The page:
Precocious readers are children who often learn to read prior to entering school, and are able to read aloud and comprehend more like children who are at least two or three years older than themselves (Stroebel & Evans, 1988). These children have learned to read without any really coherent reading instruction from the adults around them. Instead, it seems these children gradually figured out the “code,” just asking for help as they needed it.

Precocious readers represent a small portion of children who enter school each year. Researchers have investigated the environmental characteristics, acquisition process, psycho linguistic and neuro psychological characteristics, and academic skills of these children. despite the research findings in the area, researchers and clinicians are still unable to predict who these children will be, describe how precocious readers fit into our current theories of emergent literacy and reading development, and confidently state whether this knowledge could be generalised beyond the precocious reader to the typically reading child. .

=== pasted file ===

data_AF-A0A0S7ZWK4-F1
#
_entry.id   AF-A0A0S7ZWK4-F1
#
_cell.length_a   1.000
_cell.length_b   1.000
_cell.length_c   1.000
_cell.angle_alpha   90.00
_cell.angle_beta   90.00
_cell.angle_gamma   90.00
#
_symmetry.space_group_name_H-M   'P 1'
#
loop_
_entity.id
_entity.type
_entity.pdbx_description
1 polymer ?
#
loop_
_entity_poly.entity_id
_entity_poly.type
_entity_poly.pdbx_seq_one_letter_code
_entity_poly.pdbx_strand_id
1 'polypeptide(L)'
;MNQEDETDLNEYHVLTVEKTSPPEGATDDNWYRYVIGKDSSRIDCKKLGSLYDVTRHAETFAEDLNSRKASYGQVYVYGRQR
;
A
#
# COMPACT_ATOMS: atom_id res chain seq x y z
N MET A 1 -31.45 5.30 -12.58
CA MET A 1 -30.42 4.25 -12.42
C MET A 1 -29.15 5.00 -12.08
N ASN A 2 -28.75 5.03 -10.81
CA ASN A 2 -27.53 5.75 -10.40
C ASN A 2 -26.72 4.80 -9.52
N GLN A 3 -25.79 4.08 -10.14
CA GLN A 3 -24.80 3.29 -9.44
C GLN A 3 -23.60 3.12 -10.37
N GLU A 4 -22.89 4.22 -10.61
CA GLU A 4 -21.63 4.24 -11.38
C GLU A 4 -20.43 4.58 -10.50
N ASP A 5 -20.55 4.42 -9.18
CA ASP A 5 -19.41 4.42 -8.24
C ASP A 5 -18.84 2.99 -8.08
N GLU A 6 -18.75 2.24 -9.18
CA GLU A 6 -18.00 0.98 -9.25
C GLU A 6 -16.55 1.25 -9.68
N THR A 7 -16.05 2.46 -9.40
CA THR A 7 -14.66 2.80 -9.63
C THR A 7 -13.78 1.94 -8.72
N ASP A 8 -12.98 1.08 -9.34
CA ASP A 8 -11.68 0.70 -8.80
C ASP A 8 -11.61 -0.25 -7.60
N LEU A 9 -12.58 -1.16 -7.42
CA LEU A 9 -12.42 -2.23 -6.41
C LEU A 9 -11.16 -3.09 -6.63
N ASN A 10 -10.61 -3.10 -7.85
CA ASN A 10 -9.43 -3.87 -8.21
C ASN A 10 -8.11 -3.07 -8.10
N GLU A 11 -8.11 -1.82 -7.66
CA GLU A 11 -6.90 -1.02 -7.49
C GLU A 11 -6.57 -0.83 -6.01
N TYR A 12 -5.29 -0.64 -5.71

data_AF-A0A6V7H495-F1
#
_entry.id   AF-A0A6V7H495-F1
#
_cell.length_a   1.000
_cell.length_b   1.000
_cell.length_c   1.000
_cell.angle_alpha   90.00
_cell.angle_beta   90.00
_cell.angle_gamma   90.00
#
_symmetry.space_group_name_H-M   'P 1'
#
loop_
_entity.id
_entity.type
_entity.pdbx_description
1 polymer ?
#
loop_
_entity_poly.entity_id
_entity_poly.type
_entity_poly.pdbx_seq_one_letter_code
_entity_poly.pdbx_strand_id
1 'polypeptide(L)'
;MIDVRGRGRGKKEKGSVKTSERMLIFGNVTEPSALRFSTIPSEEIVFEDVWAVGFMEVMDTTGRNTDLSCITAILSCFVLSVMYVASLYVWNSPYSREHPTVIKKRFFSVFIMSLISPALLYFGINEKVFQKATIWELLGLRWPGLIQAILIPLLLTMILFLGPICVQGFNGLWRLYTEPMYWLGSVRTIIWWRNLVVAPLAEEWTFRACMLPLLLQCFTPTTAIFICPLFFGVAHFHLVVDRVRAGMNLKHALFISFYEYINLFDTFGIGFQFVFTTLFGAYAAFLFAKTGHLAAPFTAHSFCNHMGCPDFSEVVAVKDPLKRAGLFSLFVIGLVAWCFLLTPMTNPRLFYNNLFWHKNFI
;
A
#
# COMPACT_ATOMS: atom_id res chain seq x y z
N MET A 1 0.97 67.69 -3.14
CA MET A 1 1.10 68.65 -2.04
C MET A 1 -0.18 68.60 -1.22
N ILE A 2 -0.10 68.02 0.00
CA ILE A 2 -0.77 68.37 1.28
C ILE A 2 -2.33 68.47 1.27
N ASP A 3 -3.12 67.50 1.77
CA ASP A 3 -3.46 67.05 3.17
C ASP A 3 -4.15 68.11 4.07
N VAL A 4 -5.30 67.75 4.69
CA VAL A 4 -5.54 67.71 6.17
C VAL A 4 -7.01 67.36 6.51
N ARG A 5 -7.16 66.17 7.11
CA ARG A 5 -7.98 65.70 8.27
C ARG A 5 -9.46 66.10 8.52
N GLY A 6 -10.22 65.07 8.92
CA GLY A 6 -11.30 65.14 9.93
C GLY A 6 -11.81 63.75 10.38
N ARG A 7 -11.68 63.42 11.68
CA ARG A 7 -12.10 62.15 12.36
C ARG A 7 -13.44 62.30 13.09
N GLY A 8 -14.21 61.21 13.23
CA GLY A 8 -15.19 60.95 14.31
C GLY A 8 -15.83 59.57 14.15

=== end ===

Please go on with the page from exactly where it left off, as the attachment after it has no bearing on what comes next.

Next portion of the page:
The most remarkable thing about precocious readers is that they are not all that remarkable. They are sometimes verbally gifted, but often not. Early talkers are not more likely than other children to be early readers, as one might think (Crain-Thoreson & Dale, 1992). Precocious readers are not unusually intellectually driven or academically motivated outside of simply wanting to learn to read and managing to do so at an early age.They come from all socioeconomic and cultural backgrounds, not just from families from which one might expect precocious readers to come. There are few common threads: there are usually children’s books around in their homes, and at least one parent generally spends time reading to them. It is often in the context of this shared reading that these children develop knowledge of letters and a store of sight words that may help get the process of learning to read started.

Parents of precocious readers often use rich language while interacting with their children (Davidson & Snow, 1995), but these children also seem to be instigating parents to use this rich talk.